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“I’m just looking for anything that might give us something to help find her.”
Della didn’t know what that something would be, but being here felt right, almost as if the ghost had led them here. On top of a dresser was a picture of a man. Dark hair, slanted eyes. Della was almost certain it was the same man in the family photo that hung in the hall.
Funny how Natasha looked more Asian than her own father. Luck of the draw, Della thought, remembering how she hardly looked Asian.
All of a sudden, behind the soft music and lyrics, came the sound of a car moving down the road. “Someone’s coming,” she said.
“I know,” Chase said.
By the time they got to the window, the car was pulling into the drive. “Shit,” Della muttered.
“No problem,” Chase said. “We’ll wait until he unlocks the door, then we’ll jump out this window. It’s going to be okay,” he said, as if sensed her near panic.
Sensed it correctly. Della’s adrenaline pumped like crazy. The thought of being caught sent bolts of fear coursing through her veins. And then she heard it. Not the driver in the car outside who had cut the engine off. The car was the least of their problems. What Della heard were footsteps. Footsteps moving up the steps from inside the house.
Someone was already inside the home. Had been there the entire time. Had they heard them? Were they coming to check?
Chase, obviously hearing it as well, looked back out the window.
“He’s not out of the car yet.” His voice barely reached her ears.
“So what do we do?” she replied in the same low voice.
“Plan B,” he said.
“What is it?”
He paused one second. “I don’t have a friggin’ clue.”
“Shit,” Della whispered again.
The footsteps thudded closer, down the hall, almost in front of the bedroom door. Nothing but a thin piece of wood stood between them and being caught as intruders.
Never had Della been this envious of Kylie’s gift of turning invisible. But wishing was going to get her nowhere—she needed a plan. She needed one fast.
“The closet.” She latched her hand around his arm and pulled him inside.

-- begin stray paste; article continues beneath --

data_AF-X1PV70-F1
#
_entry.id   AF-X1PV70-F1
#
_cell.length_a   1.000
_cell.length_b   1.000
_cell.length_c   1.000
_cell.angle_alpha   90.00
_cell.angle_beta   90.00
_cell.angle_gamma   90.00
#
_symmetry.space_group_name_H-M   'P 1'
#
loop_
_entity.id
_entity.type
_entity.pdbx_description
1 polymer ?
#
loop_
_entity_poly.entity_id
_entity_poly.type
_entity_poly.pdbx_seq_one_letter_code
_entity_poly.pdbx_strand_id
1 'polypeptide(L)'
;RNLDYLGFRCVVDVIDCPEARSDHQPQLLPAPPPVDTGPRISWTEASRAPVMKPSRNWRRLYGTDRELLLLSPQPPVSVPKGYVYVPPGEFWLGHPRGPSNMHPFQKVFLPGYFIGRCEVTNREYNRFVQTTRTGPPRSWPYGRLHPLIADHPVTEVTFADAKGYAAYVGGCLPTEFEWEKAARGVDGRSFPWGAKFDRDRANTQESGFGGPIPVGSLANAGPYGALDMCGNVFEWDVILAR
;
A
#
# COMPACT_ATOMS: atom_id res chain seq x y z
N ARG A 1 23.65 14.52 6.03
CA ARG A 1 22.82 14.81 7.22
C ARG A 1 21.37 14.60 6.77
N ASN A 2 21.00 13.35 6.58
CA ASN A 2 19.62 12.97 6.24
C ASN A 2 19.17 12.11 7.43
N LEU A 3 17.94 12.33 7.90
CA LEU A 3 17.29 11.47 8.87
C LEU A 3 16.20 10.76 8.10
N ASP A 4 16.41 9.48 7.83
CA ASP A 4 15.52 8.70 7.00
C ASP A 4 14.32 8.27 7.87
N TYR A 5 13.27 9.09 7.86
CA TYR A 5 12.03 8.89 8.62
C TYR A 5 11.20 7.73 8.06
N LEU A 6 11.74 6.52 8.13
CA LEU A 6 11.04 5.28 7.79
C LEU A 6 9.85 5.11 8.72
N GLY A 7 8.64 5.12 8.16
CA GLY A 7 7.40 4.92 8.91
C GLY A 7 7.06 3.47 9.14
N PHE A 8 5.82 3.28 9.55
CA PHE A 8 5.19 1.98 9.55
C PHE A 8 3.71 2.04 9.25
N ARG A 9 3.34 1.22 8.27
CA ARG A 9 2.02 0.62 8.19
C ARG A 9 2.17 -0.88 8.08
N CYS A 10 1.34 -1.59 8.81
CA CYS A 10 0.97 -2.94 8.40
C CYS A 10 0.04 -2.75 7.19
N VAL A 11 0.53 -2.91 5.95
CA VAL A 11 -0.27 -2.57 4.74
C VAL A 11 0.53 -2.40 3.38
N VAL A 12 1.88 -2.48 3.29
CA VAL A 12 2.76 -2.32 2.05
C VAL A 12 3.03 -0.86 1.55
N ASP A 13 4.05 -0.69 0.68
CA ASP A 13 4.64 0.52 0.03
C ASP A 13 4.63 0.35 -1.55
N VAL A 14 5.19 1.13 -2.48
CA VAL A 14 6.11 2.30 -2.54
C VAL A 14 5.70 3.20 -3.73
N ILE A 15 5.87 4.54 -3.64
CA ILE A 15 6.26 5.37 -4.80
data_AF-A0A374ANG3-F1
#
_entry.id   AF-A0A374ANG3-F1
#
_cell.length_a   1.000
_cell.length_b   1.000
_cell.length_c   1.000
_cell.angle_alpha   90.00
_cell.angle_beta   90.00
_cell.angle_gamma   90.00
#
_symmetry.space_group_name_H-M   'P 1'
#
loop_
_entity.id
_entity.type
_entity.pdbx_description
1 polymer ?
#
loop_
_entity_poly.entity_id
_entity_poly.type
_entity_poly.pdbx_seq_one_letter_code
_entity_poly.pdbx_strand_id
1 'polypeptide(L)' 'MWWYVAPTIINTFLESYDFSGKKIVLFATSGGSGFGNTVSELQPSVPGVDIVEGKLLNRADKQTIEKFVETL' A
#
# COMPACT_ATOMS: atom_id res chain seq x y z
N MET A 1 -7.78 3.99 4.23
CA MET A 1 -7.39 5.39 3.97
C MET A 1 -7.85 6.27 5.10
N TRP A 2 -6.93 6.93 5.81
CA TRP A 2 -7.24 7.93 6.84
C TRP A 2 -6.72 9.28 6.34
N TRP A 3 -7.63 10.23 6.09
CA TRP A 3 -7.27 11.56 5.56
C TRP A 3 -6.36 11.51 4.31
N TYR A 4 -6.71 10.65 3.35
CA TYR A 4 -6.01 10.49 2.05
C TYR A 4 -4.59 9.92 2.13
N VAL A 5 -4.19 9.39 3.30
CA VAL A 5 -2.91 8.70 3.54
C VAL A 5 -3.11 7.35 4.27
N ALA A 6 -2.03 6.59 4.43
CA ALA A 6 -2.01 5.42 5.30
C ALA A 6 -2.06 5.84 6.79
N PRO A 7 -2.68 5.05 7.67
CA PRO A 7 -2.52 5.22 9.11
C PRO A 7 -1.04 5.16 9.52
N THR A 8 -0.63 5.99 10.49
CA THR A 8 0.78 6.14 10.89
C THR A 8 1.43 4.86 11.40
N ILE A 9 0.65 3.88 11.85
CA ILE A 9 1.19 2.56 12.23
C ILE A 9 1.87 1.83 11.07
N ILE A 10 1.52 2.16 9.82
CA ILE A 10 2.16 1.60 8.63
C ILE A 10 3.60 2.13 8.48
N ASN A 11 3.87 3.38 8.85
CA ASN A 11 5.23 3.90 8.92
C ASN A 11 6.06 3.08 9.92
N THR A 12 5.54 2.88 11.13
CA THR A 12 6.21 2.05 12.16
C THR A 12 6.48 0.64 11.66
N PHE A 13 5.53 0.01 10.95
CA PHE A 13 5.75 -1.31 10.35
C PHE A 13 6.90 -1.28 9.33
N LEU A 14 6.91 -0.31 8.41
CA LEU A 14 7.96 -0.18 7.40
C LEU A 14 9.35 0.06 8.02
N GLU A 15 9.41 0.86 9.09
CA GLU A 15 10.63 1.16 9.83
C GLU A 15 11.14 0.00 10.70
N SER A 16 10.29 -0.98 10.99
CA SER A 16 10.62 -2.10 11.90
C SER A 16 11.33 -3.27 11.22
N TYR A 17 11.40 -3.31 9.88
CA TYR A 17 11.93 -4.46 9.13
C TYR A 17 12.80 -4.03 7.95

They had barely gotten the door closed and sunk down amongst a few shoes and clothes that had fallen on the floor, when the footsteps stopped. Stopped right outside the bedroom door.
Della pulled her knees to her chest. Darkness filled the small space. Her shoulder pressed against Chase’s. Needing more air to attempt to deal with the panic gripping her lungs, she took fast, and hopefully silent, breaths. The smell of perfume and shampoo, obviously Natasha’s, filled the air. Then Chase’s scent, spicy male soap and outdoors, filled Della’s senses. While she could barely see anything, she still shut her eyes. Tight. And prayed.
Don’t let them come in here. Don’t let them come in here.
The door clicked open and the footsteps entered into the room. Soft footsteps sounding like a woman. What came next? If the person belonging to the footsteps had actually heard them, wouldn’t she check the closet? Oh no. Why had Della chosen the closet?
Della’s insides knotted with the thought of having to explain to her parents why she’d broken into someone’s home.
Damn! Damn! She and Chase were going to get caught and this was going to be bad. Really, really bad.
The footsteps came farther into the room. Eyes still forced shut, she heard the person inhale, deeply. Chase’s lips came against her ear.
“If they open the door, we fly right through the window. Just keep your head down and watch out for glass. If we go fast, they won’t be able to describe us to the cops.”
Della opened her eyes. Light snuck through the small space where the door didn’t meet the wood floor. That, or her vision had adjusted to the dark and she could make out things—the clothes on the floor, the pair of worn tennis shoes in the corner. She shifted her gaze back to the door, preparing herself to run like hell if it opened.
She counted to three, thinking that was about the time a person would need to decide to check the closet.
The door didn’t open.
The sound of the bed’s mattress sighing with weight added another layer of sadness to the song playing in the background.
Then came the heartfelt sob. A feminine sob. Not part of the music, but so much more emotional. It sounded like pain. Pure. Raw.
“Why do I keep hearing you?” the woman said. “Are you here, baby? Why can’t I accept that you are gone? Can you hear me? I love you. I miss you. Miss you so much.”
She’s not gone, Della wanted to say. Tears filled her eyes. While she ached for Natasha and her mom, Della couldn’t help but wonder if her own mother missed her.
Did her own mom ever walk into her room and cry?
Della didn’t realize she still held Chase’s hand until his fingers, laced with hers, gave her a light squeeze. Was he hurting for the woman, too? It felt as if he was trying to communicate to her that it would be okay.
But how could it be? The woman’s grief grew thicker, the air, even in the tiny closet, felt heavier. The feeling of injustice, of grief, wiggled its way into Della’s chest and made her insides feel crowded.
The music suddenly stopped and the sound of a phone ringing piped over the intercom.
The ringing became replaced with an electronic voice announcing: Call from Miao Hon.
Della’s breath caught. Surely she’d heard it wrong. But the message repeated. Call from Miao Hon.